At any rate, I would say the new movies will be far less interesting because the original story was already concluded in the first three. We knew the backstory, and we knew the end. Any deeper meaning in the story line was concluded. From this point on it'll just be more light entertainment. In my opinion.
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Re: Learning to hover a heli

Postby Lydiot » Sun Nov 29, 2015 6:43 pm

Buckaroo wrote in Sun Nov 29, 2015 6:04 am:
Johan G wrote:Some of those demos makes me think of that fight* between Yoda and Count Dooku in Star Wars II


Man, I hated that scene. Beyond making the small but majestic Yoda seem ludicrous, I thought the writers betrayed the idea that guys like Yoda and the Emperor operated on a level beyond material toys like lightsabers.

-Buck


There is an interview with the Gary Kurtz, the producer of The Empire Strikes Back which every true Star Wars fan should read, because after you read it everything makes sense, completely. In a nutshell, Lucas really was more of an "artistic" director with higher conceptual ambitions when he started out. But between Star Wars (A New Hope) and "Jedi", he went ahead and made Indy #1. That movie was basically just a roller-coaster ride and void of deeper meaning. So then when he got back to "Jedi" his attitude had changed. More action and light drama than substance.

Now consider the first three movies. The last one is clearly different from the first two. The first one is obviously self-contained, and the second needs 1 and 3. But they both deal with bigger themes. In "Hope" we have the obvious 'good vs. evil', but also a boy beginning his passage to manhood. It just happens that it's told through a literal journey and a literal physical struggle. But he leaves his parents and his old town looking for greater things. He's growing up. In the second, that continues, but he has to deal with impatience and temptation. It's almost a bit eastern in terms of philosophy. And we learn from that cliff hanger at the end that we should all learn from the past. Well, in the third, the way I recall it, it's mostly annoying teddy bears, cool scenery and action. Anything of substance is really contained in the final fight between Luke and the bad guys. Frickin' Lucas is even so lazy he recycles the Death Star....!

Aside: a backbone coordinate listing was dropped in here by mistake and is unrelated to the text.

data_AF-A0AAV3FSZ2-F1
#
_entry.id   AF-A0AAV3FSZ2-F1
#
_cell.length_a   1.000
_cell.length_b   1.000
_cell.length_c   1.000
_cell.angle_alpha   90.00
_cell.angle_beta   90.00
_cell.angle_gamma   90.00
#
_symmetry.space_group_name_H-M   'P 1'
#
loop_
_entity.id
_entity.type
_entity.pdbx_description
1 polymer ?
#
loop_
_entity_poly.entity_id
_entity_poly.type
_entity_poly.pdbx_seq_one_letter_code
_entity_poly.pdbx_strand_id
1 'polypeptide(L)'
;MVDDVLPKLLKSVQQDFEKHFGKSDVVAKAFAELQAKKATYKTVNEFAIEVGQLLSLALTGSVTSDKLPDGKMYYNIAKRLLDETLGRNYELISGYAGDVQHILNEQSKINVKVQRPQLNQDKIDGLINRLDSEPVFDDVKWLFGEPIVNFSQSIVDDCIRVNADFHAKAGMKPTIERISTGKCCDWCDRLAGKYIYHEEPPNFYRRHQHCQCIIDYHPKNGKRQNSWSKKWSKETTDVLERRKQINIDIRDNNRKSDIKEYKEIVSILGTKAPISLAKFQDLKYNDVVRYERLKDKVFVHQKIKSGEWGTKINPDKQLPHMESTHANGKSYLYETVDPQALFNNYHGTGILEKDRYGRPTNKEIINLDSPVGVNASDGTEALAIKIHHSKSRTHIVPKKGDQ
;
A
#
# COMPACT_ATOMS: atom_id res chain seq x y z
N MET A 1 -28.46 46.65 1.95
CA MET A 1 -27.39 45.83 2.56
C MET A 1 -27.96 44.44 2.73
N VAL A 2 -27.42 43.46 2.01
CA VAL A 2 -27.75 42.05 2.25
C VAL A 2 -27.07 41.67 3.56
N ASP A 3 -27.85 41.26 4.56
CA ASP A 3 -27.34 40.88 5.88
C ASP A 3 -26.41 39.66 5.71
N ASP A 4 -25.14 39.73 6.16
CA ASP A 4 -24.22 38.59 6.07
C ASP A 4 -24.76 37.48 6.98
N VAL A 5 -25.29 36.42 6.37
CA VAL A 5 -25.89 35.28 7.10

By contrast, Kurtz tells us that people wanted a different ending, where Leia took over what was left of society and led it, Han died in the middle of the movie, and Luke "rode off into the sunset", metaphorically speaking. And no second Death Star. I think that ending would have been WAY stronger.